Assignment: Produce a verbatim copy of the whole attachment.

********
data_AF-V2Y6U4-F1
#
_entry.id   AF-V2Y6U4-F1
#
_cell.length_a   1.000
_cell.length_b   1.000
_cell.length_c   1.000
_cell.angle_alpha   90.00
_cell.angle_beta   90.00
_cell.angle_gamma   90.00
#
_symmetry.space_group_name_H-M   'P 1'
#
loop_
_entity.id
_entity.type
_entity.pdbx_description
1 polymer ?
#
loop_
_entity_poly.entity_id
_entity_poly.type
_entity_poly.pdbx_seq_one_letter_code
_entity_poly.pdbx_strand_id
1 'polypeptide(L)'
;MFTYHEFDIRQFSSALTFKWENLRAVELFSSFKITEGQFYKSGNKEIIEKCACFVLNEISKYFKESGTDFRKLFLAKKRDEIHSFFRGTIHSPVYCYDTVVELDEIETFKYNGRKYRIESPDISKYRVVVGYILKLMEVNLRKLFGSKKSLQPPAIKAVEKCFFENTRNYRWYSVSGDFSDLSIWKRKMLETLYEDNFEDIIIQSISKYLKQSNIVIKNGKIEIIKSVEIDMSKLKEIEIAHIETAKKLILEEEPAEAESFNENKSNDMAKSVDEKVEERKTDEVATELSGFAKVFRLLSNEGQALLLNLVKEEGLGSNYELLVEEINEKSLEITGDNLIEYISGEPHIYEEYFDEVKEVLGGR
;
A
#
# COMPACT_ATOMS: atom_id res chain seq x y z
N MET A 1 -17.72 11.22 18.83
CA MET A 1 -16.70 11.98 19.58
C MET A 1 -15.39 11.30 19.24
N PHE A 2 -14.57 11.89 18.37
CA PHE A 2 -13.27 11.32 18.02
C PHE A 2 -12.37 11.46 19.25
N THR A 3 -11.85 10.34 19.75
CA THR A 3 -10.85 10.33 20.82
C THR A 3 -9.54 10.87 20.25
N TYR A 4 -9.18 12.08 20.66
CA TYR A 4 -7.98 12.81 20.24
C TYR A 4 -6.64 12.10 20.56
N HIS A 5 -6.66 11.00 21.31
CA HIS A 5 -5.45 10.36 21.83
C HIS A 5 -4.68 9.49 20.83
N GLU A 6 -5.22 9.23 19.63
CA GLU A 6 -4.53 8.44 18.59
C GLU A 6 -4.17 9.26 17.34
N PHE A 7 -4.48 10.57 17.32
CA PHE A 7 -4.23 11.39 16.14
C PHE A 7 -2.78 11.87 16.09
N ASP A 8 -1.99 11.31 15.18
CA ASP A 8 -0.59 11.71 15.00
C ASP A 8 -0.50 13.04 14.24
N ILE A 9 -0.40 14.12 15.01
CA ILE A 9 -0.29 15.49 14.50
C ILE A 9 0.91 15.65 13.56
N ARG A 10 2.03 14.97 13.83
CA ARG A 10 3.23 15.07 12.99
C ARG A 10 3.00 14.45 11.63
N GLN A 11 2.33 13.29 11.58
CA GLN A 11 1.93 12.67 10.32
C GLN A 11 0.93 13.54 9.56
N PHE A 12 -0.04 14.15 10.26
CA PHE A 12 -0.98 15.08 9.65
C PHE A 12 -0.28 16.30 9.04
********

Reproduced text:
data_AF-V2Y6U4-F1
#
_entry.id   AF-V2Y6U4-F1
#
_cell.length_a   1.000
_cell.length_b   1.000
_cell.length_c   1.000
_cell.angle_alpha   90.00
_cell.angle_beta   90.00
_cell.angle_gamma   90.00
#
_symmetry.space_group_name_H-M   'P 1'
#
loop_
_entity.id
_entity.type
_entity.pdbx_description
1 polymer ?
#
loop_
_entity_poly.entity_id
_entity_poly.type
_entity_poly.pdbx_seq_one_letter_code
_entity_poly.pdbx_strand_id
1 'polypeptide(L)'
;MFTYHEFDIRQFSSALTFKWENLRAVELFSSFKITEGQFYKSGNKEIIEKCACFVLNEISKYFKESGTDFRKLFLAKKRDEIHSFFRGTIHSPVYCYDTVVELDEIETFKYNGRKYRIESPDISKYRVVVGYILKLMEVNLRKLFGSKKSLQPPAIKAVEKCFFENTRNYRWYSVSGDFSDLSIWKRKMLETLYEDNFEDIIIQSISKYLKQSNIVIKNGKIEIIKSVEIDMSKLKEIEIAHIETAKKLILEEEPAEAESFNENKSNDMAKSVDEKVEERKTDEVATELSGFAKVFRLLSNEGQALLLNLVKEEGLGSNYELLVEEINEKSLEITGDNLIEYISGEPHIYEEYFDEVKEVLGGR
;
A
#
# COMPACT_ATOMS: atom_id res chain seq x y z
N MET A 1 -17.72 11.22 18.83
CA MET A 1 -16.70 11.98 19.58
C MET A 1 -15.39 11.30 19.24
N PHE A 2 -14.57 11.89 18.37
CA PHE A 2 -13.27 11.32 18.02
C PHE A 2 -12.37 11.46 19.25
N THR A 3 -11.85 10.34 19.75
CA THR A 3 -10.85 10.33 20.82
C THR A 3 -9.54 10.87 20.25
N TYR A 4 -9.18 12.08 20.66
CA TYR A 4 -7.98 12.81 20.24
C TYR A 4 -6.64 12.10 20.56
N HIS A 5 -6.66 11.00 21.31
CA HIS A 5 -5.45 10.36 21.83
C HIS A 5 -4.68 9.49 20.83
N GLU A 6 -5.22 9.23 19.63
CA GLU A 6 -4.53 8.44 18.59
C GLU A 6 -4.17 9.26 17.34
N PHE A 7 -4.48 10.57 17.32
CA PHE A 7 -4.23 11.39 16.14
C PHE A 7 -2.78 11.87 16.09
N ASP A 8 -1.99 11.31 15.18
CA ASP A 8 -0.59 11.71 15.00
C ASP A 8 -0.50 13.04 14.24
N ILE A 9 -0.40 14.12 15.01
CA ILE A 9 -0.29 15.49 14.50
C ILE A 9 0.91 15.65 13.56
N ARG A 10 2.03 14.97 13.83
CA ARG A 10 3.23 15.07 12.99
C ARG A 10 3.00 14.45 11.63
N GLN A 11 2.33 13.29 11.58
CA GLN A 11 1.93 12.67 10.32
C GLN A 11 0.93 13.54 9.56
N PHE A 12 -0.04 14.15 10.26
CA PHE A 12 -0.98 15.08 9.65
C PHE A 12 -0.28 16.30 9.04